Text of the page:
Wherever you find General Motors and Ford going at it, Chrysler is seldom very far behind. Except in Australia. The Land Down Under has its own unique touring car championship in the form of its popular V8 Supercars series, but the only contestants these days are Ford (with its FPV Falcon) and GM subsidiary Holden (with its HSV Commodore). That, however, could change in the near future.
Word on the Aussie street is that Chrysler Group Australia is entertaining the possibility of jumping into the popular series, likely with a vehicle based (however loosely) on the 300. Because V8 Supercars teams – which budget around $10 million to run two cars for the season – are by regulation independent of any manufacturer, Chrysler would need to woo a few away from their current Ford or Holden partners, but several have reportedly approached the Pentastar automaker about the possibility.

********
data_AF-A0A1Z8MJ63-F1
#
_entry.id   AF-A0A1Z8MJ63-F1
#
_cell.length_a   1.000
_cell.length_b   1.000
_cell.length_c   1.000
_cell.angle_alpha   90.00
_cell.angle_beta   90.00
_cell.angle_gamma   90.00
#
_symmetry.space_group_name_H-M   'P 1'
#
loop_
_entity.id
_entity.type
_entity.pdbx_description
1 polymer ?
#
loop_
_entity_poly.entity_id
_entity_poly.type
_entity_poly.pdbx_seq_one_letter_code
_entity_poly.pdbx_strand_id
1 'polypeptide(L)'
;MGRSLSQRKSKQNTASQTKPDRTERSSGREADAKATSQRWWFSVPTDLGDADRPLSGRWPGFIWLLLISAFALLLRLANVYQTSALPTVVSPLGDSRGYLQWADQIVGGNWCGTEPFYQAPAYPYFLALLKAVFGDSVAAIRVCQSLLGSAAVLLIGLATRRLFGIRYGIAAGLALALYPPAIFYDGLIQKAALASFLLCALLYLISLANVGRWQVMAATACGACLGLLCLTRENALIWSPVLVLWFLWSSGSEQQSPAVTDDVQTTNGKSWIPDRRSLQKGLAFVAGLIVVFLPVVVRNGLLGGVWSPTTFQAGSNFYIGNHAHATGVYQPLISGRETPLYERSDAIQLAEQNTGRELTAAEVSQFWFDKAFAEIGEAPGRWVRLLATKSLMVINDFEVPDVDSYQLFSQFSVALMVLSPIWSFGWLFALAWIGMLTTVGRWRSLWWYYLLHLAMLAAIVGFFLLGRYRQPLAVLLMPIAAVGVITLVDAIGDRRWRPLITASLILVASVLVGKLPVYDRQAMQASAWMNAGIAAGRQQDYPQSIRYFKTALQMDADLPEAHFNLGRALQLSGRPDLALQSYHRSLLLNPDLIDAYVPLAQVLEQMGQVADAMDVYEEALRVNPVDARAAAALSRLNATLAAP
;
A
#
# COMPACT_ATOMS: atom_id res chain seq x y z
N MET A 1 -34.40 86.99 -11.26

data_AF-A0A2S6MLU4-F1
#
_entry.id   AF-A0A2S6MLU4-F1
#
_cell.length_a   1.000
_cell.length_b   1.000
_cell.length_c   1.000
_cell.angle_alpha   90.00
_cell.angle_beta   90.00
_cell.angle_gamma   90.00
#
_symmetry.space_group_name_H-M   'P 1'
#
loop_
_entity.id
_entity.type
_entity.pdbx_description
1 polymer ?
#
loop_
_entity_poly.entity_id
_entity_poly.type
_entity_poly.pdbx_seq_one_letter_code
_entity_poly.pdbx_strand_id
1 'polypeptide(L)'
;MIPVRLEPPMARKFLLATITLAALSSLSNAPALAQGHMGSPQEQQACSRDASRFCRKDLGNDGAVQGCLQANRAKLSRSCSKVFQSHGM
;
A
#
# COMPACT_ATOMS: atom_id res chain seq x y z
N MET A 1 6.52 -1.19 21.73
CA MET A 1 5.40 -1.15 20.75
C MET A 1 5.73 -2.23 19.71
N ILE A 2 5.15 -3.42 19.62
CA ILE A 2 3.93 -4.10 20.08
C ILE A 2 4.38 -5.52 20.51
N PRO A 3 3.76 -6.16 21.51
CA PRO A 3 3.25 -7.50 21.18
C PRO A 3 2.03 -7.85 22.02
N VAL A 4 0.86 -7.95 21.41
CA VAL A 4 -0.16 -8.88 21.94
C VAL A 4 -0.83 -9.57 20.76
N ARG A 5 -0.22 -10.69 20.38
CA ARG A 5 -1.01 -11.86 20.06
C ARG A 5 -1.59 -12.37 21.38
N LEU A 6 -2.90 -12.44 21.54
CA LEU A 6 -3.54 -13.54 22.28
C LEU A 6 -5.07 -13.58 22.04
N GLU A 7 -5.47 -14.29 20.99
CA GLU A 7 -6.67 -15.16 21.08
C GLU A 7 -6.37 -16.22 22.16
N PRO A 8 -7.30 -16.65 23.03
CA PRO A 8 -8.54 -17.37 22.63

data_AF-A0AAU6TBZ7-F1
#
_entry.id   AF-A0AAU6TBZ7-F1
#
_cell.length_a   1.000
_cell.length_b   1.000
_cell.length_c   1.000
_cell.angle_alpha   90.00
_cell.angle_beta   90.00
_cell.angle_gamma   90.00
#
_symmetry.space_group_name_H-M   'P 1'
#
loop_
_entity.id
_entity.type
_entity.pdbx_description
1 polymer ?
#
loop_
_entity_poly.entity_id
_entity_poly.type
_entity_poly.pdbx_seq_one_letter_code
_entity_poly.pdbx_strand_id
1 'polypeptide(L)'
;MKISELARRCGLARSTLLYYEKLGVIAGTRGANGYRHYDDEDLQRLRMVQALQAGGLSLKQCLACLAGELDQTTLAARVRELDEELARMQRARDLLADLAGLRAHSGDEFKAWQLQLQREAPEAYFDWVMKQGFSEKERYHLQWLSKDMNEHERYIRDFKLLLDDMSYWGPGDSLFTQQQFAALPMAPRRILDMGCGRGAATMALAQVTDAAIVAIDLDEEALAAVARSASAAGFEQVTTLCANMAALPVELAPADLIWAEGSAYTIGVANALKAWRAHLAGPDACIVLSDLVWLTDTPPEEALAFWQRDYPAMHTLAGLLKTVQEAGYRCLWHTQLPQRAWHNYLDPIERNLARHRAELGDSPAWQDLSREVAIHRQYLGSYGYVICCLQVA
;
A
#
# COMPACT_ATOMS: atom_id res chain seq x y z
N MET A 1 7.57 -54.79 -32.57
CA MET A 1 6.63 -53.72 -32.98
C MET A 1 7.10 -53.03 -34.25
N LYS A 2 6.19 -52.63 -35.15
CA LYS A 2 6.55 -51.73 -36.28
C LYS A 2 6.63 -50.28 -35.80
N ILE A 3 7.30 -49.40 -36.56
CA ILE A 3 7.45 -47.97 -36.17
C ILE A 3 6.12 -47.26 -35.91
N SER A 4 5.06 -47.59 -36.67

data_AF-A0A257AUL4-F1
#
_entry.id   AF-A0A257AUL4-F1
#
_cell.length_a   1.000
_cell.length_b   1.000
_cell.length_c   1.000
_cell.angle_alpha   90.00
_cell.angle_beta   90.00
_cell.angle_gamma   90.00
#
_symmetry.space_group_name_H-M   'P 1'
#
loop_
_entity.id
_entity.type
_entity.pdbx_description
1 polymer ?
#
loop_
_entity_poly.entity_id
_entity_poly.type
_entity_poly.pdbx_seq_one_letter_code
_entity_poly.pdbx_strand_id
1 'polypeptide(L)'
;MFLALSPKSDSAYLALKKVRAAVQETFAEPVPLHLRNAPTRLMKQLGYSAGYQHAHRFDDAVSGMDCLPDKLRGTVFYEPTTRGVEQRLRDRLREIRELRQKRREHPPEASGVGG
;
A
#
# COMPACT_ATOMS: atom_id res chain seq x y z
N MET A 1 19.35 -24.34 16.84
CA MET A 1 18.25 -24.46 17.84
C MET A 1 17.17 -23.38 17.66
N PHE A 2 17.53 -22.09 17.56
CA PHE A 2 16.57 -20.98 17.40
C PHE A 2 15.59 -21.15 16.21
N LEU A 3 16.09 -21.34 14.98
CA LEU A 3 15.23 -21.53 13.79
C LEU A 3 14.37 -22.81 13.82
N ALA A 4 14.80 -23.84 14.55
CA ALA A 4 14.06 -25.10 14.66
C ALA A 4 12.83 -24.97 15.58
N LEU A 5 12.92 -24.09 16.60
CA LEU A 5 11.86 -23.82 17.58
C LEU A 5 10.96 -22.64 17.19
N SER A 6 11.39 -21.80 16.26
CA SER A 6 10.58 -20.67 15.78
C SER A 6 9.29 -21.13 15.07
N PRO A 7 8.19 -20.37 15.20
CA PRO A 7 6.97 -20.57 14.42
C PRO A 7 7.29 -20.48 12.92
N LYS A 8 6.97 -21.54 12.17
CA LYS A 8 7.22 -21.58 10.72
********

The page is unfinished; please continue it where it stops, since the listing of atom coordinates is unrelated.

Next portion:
The addition of a third manufacturer to challenge Ford and Holden would mirror a similar move made this season by BMW to challenge Audi and Mercedes-Benz (which was also rumored to be considering a V8 Supercars entry) in the Deutsche Tourenwagen Masters (DTM). Chrysler previously supplied the V8 Supercars series with the first-gen 300C SRT8, which serves as the pace car for several years.
According to Australia's The Age, SRT brand CEO Ralph Gilles reportedly likes the idea, but stopped short of committing to any impending program. The prospect, however, could be made more feasible by a new, more cost-effective "Car of the Future" being implemented in V8 Supercars, much as the "Car of Tomorrow" was in NASCAR and the "Next-Generation Touring Car" was in the British Touring Car Championship. Another plus is the expansion of the series outside of Australia to locations like India, Korea, Hong Kong, Singapore, South Africa and – most crucially – the United States as a support race for the upcoming U.S. Grand Prix Formula One race in Austin, Texas.